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Facing challenge

March 15, 2014

“You gain strength, courage and confidence by every experience in which you really stop to look fear in the face. You are able to say to yourself, ‘I lived through this horror. I can take the next thing that comes along.’ You must do the thing you think you cannot do.” Eleanor Roosevelt


I remember the enthusiasm, the passion and determination that led me to take the plunge and open a café, a place where patrons would be reminded of their travels throughout Italy, sipping cappuccinos or savoring a shot of espresso at the bar. I was high on life; I was finally going to become the entrepreneur I always knew I would be. I have since witnessed that same passion and enthusiasm in other women as they discuss their plans and you can’t help but wonder, how can one not succeed with that kind of passion?

We are always told to follow our passion and we will be happy, but what people fail to tell you is that it does not mean you will always be able to pay the bills.  Not too often will individuals discuss their failures in business because it is difficult to admit that you have failed and even harder to share it with the world. I am writing about my failure but also the inspiration that impacted my journey. Many believe that in order for women to succeed in business we have to put on a tough front and cannot show our vulnerability or emotions. I want women to understand that we can still be vulnerable and succeed. Our community is filled with amazing, engaging, inspiring women who are ready to help without judgement or expectations. Entrepreneurship will take you through many extreme highs and lows that you never imagined you could endure. Who better to understand those highs and lows? Why other entrepreneurs of course, and thus BWC (Business Women Connect) was founded and helped me through the most challenging 19 months of my life.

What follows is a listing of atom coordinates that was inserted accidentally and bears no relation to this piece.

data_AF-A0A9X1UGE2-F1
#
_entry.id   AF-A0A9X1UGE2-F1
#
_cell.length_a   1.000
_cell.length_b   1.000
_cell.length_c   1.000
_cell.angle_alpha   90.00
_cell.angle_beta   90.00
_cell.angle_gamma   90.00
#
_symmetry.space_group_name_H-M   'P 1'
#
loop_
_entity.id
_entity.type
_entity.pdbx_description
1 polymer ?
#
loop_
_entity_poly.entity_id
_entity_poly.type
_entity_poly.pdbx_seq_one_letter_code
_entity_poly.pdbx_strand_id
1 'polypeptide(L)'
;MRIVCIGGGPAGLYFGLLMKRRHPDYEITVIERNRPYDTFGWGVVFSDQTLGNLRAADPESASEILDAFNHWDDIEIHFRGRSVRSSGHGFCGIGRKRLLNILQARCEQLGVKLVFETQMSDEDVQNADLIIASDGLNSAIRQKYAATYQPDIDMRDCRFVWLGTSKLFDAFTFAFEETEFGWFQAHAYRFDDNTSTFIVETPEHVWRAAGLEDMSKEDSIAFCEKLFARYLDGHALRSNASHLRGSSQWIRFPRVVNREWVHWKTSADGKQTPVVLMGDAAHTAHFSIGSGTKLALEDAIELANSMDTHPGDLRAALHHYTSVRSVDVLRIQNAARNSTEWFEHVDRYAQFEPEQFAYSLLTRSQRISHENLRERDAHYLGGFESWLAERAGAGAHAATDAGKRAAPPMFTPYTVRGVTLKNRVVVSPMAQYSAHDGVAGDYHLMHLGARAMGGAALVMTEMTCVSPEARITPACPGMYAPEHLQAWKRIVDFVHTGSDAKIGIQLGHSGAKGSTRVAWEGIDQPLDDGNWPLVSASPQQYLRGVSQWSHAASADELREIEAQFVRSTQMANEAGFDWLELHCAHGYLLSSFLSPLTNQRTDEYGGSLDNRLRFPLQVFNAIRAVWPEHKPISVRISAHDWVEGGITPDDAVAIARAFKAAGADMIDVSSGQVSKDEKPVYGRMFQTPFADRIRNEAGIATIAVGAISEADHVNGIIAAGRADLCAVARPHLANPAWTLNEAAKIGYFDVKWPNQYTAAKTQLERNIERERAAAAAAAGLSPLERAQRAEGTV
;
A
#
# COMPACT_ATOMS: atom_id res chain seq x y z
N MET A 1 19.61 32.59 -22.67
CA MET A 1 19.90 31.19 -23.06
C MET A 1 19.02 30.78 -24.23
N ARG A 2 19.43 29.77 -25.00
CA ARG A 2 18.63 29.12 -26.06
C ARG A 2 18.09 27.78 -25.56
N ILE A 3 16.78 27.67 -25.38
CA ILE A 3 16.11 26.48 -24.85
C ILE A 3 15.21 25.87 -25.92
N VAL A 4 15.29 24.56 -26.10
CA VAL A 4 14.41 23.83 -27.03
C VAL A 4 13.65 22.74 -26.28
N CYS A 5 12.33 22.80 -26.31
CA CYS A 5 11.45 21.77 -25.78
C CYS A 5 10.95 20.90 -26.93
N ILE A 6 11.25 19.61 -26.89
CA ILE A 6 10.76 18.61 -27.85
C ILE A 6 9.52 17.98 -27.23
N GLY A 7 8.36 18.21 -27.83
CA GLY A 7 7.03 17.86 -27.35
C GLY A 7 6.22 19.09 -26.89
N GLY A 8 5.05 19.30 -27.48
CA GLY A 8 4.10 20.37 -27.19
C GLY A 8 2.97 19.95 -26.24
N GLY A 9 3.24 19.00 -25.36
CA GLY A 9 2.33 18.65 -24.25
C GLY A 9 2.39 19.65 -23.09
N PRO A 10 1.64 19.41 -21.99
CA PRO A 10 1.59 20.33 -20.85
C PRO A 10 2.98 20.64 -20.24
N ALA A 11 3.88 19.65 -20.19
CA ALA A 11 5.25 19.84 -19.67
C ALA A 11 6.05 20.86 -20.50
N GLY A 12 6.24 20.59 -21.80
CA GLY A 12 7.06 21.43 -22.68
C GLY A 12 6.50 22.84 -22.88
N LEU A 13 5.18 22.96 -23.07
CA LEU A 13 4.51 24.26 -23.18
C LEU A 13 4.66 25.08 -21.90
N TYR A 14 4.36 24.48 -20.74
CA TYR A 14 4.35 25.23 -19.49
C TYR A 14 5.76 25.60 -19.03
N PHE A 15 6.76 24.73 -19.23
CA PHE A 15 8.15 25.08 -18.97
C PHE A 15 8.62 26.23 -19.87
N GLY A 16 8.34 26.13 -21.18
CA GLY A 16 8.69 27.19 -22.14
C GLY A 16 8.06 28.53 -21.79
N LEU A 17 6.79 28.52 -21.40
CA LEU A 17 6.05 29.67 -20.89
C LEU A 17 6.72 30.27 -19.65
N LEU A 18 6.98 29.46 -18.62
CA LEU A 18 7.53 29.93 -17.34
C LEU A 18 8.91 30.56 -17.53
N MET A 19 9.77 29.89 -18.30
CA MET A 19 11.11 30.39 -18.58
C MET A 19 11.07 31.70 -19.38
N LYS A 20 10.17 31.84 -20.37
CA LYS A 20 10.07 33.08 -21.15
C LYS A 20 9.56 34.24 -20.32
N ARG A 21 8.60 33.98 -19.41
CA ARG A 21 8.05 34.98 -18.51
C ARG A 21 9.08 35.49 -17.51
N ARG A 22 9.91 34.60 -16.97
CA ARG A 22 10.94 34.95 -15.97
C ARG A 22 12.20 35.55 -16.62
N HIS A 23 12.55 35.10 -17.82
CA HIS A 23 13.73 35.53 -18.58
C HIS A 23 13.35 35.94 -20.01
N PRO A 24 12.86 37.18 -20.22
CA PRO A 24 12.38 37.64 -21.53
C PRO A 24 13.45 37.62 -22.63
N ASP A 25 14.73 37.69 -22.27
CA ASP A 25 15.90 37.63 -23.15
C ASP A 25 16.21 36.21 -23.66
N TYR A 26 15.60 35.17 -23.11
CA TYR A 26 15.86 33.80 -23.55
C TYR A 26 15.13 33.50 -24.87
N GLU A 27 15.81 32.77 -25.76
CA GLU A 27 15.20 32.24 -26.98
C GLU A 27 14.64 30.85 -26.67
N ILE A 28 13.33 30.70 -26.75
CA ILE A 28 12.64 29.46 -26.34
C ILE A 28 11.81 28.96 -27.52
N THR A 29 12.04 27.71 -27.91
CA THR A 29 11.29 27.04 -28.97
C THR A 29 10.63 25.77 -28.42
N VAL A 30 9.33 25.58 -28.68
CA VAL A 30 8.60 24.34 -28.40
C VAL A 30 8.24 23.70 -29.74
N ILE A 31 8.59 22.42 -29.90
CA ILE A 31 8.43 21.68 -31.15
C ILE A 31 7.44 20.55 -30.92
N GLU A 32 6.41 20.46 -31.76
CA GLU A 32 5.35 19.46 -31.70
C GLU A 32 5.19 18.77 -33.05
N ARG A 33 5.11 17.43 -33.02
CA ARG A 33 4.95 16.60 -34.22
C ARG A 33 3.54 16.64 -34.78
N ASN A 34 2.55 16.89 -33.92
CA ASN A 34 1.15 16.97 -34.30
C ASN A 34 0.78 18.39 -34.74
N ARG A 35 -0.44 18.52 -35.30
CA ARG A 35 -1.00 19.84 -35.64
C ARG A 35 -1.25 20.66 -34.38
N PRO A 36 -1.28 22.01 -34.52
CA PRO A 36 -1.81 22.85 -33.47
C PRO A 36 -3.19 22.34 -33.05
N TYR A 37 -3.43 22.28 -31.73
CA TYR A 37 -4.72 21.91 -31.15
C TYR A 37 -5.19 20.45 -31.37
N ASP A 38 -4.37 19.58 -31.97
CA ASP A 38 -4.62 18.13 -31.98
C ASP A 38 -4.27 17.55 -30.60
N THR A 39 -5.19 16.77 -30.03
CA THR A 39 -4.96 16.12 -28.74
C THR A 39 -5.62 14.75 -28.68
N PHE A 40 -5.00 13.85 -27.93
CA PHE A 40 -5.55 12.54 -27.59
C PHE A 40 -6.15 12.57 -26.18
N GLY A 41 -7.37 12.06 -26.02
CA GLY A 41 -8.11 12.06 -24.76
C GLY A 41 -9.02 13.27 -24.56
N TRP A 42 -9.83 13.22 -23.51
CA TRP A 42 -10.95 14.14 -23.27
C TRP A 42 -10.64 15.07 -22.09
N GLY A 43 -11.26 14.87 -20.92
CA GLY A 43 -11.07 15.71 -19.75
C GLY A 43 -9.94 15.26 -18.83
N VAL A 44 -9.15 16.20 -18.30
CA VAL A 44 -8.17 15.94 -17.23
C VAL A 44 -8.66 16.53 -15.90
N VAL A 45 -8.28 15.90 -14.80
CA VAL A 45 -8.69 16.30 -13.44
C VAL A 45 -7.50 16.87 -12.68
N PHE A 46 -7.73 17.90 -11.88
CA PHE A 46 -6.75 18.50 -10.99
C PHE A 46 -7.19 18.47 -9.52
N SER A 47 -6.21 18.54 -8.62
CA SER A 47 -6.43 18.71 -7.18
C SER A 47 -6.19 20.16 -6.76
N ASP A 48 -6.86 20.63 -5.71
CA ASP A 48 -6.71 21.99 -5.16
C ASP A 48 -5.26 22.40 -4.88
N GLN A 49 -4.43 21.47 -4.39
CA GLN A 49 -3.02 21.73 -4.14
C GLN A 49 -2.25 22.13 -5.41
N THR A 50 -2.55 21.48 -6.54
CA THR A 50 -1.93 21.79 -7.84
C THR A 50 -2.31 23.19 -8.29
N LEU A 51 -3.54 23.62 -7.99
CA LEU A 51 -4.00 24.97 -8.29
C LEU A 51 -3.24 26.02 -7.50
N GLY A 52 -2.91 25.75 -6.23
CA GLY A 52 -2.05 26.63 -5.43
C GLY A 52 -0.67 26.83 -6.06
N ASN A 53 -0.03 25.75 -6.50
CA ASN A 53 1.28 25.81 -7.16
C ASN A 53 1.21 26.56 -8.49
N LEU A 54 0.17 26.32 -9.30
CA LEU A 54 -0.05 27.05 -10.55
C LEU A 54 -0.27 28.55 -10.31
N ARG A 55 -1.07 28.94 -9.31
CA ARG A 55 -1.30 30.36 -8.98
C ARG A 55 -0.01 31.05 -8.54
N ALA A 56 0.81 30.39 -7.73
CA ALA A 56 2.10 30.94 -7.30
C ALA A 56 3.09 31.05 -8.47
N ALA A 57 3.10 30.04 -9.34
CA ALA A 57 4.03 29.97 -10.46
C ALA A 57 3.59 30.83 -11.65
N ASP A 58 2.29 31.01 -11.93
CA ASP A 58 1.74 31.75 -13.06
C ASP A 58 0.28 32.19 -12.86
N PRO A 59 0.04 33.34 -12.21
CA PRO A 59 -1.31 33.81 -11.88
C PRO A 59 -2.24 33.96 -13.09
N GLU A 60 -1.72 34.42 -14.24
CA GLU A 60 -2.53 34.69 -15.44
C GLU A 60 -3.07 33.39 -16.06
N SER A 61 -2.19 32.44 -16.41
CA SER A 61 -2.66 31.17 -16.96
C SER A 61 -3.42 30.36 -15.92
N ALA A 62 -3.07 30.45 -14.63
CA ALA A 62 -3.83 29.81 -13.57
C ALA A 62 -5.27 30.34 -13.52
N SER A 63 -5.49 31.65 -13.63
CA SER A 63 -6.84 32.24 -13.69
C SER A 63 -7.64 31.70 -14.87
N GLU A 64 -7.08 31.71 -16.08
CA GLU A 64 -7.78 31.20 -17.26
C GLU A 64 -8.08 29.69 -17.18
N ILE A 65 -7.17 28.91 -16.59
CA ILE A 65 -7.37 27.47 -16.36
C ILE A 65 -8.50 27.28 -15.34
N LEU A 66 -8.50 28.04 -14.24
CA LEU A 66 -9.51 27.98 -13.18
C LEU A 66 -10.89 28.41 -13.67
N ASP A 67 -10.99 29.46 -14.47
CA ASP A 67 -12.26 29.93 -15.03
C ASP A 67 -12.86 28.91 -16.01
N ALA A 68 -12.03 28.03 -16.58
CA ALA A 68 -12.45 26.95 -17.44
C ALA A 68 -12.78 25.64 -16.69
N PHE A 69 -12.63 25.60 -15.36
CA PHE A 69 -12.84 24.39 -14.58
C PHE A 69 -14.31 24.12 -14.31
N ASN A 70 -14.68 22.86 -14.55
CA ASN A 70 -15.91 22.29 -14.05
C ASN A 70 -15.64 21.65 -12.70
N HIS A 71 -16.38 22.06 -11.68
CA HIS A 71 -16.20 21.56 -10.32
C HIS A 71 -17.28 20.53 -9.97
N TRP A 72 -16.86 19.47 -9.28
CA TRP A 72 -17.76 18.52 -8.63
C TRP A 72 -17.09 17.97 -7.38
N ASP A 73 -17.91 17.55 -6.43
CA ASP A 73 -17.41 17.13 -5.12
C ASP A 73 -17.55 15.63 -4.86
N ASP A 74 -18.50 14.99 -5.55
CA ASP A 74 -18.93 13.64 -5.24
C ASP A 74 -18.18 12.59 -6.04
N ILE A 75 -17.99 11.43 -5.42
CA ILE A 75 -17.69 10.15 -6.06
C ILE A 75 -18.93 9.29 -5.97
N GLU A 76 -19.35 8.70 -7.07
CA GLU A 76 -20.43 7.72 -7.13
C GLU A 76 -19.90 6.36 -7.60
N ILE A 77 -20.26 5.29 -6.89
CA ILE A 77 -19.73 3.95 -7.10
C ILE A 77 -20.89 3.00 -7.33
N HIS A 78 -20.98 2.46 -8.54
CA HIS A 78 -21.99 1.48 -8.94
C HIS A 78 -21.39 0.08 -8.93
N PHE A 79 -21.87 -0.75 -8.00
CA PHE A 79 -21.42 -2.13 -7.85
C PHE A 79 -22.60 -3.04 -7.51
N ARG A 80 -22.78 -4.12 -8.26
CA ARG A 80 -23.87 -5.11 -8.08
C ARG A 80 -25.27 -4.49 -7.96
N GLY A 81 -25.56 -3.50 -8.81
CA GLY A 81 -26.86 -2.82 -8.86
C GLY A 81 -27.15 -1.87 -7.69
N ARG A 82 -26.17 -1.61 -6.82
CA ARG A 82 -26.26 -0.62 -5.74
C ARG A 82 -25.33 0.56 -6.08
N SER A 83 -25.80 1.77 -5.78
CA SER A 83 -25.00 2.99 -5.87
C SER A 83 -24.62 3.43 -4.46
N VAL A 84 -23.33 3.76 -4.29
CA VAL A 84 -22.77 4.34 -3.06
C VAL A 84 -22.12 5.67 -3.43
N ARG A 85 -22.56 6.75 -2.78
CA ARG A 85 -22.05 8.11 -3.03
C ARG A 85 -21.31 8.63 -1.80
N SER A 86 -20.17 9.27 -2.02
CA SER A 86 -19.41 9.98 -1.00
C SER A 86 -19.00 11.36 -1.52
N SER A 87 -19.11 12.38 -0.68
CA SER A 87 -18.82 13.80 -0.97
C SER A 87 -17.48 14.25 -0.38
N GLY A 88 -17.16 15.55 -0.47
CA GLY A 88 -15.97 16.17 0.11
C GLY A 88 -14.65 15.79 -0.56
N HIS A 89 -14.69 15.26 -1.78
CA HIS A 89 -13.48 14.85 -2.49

Looking back on my experience, I know what I would have done differently, and perhaps I would have called it quits earlier, but what can sometimes be a “pesky” quality in me, persistence, was my driving force.  For the first time in my life, it wasn’t an asset, it was almost a hindrance. At the end of a rough day, the thought of our BWC networking events was extremely difficult for me.  I didn’t want to talk, I wanted to wallow in self-pity. Fortunately for me, I was hosting them and could not find the time to wallow in my self-pity! By the time the event started and the room filled with the buzz of women connecting, I could not help but become reenergized. It was a force stronger than me, someone placing all these women in my space, when I needed them the most. After hearing an inspiring story or a similar struggle, I felt like I could keep going.


Every entrepreneur needs that type of support in her life. I sometimes wished it was a weekly event but fortunate for me I worked in a café and had some AMAZING women come sit at my bar and we would discuss our challenges – it was like therapy for the price of a cup of coffee. Lesson here: when you feel like withdrawing, reach out, you will not regret it. It’s like going to exercise, you never look back and say, “I wish I hadn’t done that” because it makes you feel energized, rejuvenated and inspired.